The author of the book refers to what happens as the Cognitive Revolution. I’m not clear if he coined this phrase or if it’s something that anthropologists have been using for some time. In a historical blink of the eye, we went from no better or worse than chimpanzees to masters of the planet.
A brief interlude here. I’ve never believed in a six day creation. The Genesis account is a poem to help humans understand the world around them and how they came about. I know there is a lot of time behind us and I don’t think that somehow precludes God’s hand from being involved. Was this Cognitive Revolution the addition of the Divine Spark to animals who now knew to call themselves “people”? Or did our species just have forty millennia of bad intellectual writer’s block?
What We Did with Our Time
That explosion from Africa was accompanied by the slaughtered of most of the world’s land dwelling megafauna. The author of the book carefully takes note of how the estimated time that humans would arrive in a new area is when species die offs, specifically of large animals, would happen there. He goes into quite specific detail of Australia’s in particular. When I was taught in school that there were so many species going extinct because of humanity, I didn’t know that it was a very long standing tradition.
Religious People, Don’t Get Lost Here
The author of the book lays a thematic foundation that he will return to for the remainder of the book. This theme is “fictions”. Things that humanity has simply invented out of its mind or imagined around something that is real. Some of the frictions are obvious ones like money. Even when money was actual gold, it doesn’t have any real value to a human being. It’s not food, it’s not shelter, it’s nothing but a not-that-uncommon metal. Things that are less obvious are corporations, or justice, or human rights.
“All right,” said Susan. “I’m not stupid. You’re saying humans need… fantasies to make life bearable.”
REALLY? AS IF IT WAS SOME KIND OF PINK PILL? NO. HUMANS NEED FANTASY TO BE HUMAN. TO BE THE PLACE WHERE THE FALLING ANGEL MEETS THE RISING APE.
“Tooth fairies? Hogfathers? Little—”
YES. AS PRACTICE. YOU HAVE TO START OUT LEARNING TO BELIEVE THE LITTLE LIES.
“So we can believe the big ones?”
YES. JUSTICE. MERCY. DUTY. THAT SORT OF THING.
“They’re not the same at all!”
YOU THINK SO? THEN TAKE THE UNIVERSE AND GRIND IT DOWN TO THE FINEST POWDER AND SIEVE IT THROUGH THE FINEST SIEVE AND THEN SHOW ME ONE ATOM OF JUSTICE, ONE MOLECULE OF MERCY. AND YET—Death waved a hand. AND YET YOU ACT AS IF THERE IS SOME IDEAL ORDER IN THE WORLD, AS IF THERE IS SOME…SOME RIGHTNESS IN THE UNIVERSE BY WHICH IT MAY BE JUDGED.
“Yes, but people have got to believe that, or what’s the point—”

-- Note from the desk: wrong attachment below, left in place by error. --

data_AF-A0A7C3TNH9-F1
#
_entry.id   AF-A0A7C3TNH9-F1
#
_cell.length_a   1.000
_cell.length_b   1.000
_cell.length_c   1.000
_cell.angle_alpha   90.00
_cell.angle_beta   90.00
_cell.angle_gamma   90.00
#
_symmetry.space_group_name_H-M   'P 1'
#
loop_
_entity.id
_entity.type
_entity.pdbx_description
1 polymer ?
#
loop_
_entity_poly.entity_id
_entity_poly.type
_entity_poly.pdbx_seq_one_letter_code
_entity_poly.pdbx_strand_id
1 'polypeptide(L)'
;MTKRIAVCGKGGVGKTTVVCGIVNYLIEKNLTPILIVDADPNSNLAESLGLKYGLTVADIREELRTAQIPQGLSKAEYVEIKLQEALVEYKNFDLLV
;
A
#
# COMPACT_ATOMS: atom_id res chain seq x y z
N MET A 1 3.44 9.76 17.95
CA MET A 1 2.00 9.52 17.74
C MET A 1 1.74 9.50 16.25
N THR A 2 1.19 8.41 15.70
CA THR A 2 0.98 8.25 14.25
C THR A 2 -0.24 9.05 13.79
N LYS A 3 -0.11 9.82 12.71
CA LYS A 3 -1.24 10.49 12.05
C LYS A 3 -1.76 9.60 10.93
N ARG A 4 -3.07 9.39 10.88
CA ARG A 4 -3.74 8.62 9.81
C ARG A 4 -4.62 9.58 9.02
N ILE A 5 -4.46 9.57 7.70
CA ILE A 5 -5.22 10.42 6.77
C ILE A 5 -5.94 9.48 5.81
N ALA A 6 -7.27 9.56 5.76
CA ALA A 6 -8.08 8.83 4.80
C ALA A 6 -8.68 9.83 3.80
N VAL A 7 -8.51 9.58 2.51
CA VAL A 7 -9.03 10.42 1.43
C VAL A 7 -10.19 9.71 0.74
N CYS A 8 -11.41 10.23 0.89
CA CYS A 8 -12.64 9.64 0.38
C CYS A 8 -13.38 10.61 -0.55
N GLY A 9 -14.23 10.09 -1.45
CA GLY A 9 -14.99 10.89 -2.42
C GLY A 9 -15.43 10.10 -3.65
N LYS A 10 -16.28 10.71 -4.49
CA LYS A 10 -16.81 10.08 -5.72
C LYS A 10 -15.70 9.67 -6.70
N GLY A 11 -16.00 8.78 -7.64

MY POINT EXACTLY.
― Terry Pratchett, Hogfather
This is true. But the amount of fictions that swirl around us are the unusual pieces. The author spends quite a bit of time talking about individual fictions. Receiving more attention than any other is religion and her gods. As you might imagine, it is no difficult task trying to find religious people here who have taken to the Internet to toss this book into the dustbin right along with any other God denying work. I won’t take a position of defending the author of the book or try to put words in his mouth, however, if you’re a Christian (and this probably applies to just about every other religion as well) then you’re believing in a lot of fictions around God.
Let’s just examine one example.
God is male.
God isn’t male. It’s just that we can’t call God “it”, that seems rude. When we develop an understanding of the divine in a monotheistic way while we also exist in a patriarchy, of course the rule of the universe is going to be male. And I’m not going to blame anyone for their cataphatic imagination, I do it too. Trying to cram infinity into my brain made of meat is a exercise in futility.
The author of the book gives humanities ability to collectively create, agree on, and abide by these fictions is one of our species greatest strengths. As a reader there is a unusual discordance that is felt when the author tells you that you believe in things that do not exist in reality, but that’s a really good thing.
The Universal Religion & Where We’re Headed
The back third of the book talks about money. Previously, he had explained how religion was and is used to shore up the infallibility of beliefs in humanity. We do not argue that the poor need to be fed, because God said so. We don’t have to argue that at all, we can move on to other things. But what if we disagree on what is “God”? No one argues over what is “money”. Human conflict has come up over this imaginary concept of money, but far more cooperation has come out of it. The author goes over this thought several times from different angles.
He also speaks about globalism and how we, as a species, are at a single culture currently. The people alive today have so much more in common than at any other time that a global society, culture, or government is either coming or is already here, and that’s a good thing.
Read the book. It’ll unhinge your world.